Several factors affect the symptoms of brain cancer. The size, type, extent and the location of the tumor are some of these factors. Age and the health history of a person do influence too. For example, a tumor that is located near the optic fiber is likely to cause vision problems such as double vision. A tumor that is located in the front section of the brain is likely to affect how one thinks and their concentration. A huge tumor may have significantly many symptoms due to the pressure that is exerted by the mass.
It is crucial to note that a person with the brain cancer may fail to show all the symptoms and one can still show them when they do not have it. This requires one to visit a doctor for proper diagnosis. There are specific and general symptoms of brain cancer. General signs are as a result of the pressure of the mass of the tumor on the spinal cord or brain. Specific signs are as a result of the tumor affecting a particular section of the brain that it cannot function normally.
General symptoms of brain cancer may include
- Headaches which may become severe and worsen when you are very active and in the morning.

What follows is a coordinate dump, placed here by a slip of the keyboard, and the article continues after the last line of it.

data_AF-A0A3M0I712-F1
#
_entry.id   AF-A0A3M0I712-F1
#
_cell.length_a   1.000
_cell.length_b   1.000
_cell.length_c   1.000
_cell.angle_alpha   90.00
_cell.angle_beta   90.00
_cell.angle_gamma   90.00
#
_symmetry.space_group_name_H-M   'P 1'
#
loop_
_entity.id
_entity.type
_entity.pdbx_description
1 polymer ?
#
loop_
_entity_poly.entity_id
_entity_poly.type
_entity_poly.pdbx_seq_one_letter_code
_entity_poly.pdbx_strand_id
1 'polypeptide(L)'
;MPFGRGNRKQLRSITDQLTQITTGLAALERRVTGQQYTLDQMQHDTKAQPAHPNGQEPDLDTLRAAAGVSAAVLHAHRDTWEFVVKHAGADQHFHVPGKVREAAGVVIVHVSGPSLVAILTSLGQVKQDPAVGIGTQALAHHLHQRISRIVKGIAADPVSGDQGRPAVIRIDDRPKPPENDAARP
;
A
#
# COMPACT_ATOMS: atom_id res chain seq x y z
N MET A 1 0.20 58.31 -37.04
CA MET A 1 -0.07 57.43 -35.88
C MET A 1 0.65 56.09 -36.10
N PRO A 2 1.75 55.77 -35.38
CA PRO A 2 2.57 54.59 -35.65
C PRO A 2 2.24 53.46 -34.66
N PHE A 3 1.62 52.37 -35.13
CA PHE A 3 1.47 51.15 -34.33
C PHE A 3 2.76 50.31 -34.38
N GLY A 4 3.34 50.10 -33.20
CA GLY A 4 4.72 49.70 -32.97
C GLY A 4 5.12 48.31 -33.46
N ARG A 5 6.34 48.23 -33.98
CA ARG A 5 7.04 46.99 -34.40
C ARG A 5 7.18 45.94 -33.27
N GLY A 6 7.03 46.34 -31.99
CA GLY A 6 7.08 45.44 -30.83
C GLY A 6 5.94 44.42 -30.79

- Seizures, also convulsions, where one’s muscles experience involuntary and sudden movements. The seizures may be myoclonic or tonic-clonic. A myoclonic seizure is a single or multiple spasms, jerks or twitches of the muscles. A tonic-clonic or the Grand mall is characterized by relaxing and twitching of muscles which are preceded by loss of consciousness. A grand mall may be following by feeling sleepy, confused, having headache or numbness.
- Sensory changes may occur where vision, hearing, and smell may be affected without necessarily losing one’s consciousness.
- One may feel nauseated, and vomiting may accompany this.
- Feeling fatigued may be another general symptom of brain cancer.
Specific symptoms may include
- Changes in judgment may result from a tumor located in the front part of the cerebrum. This is attributed to the loss of initiative with the weakness of muscles, sluggishness, and paralysis.
- A tumor that is located near the optic fiber may result in partial or total loss of vision.
- A tumor in the front part of the cerebrum may result to changes in memory, speech, hearing or emotional state, which may make a person more aggressive. This tumor may also lead to difficulty of understanding and retrieve words.
- A tumor in the cerebellum may cause loss of balance and trouble with motor skills.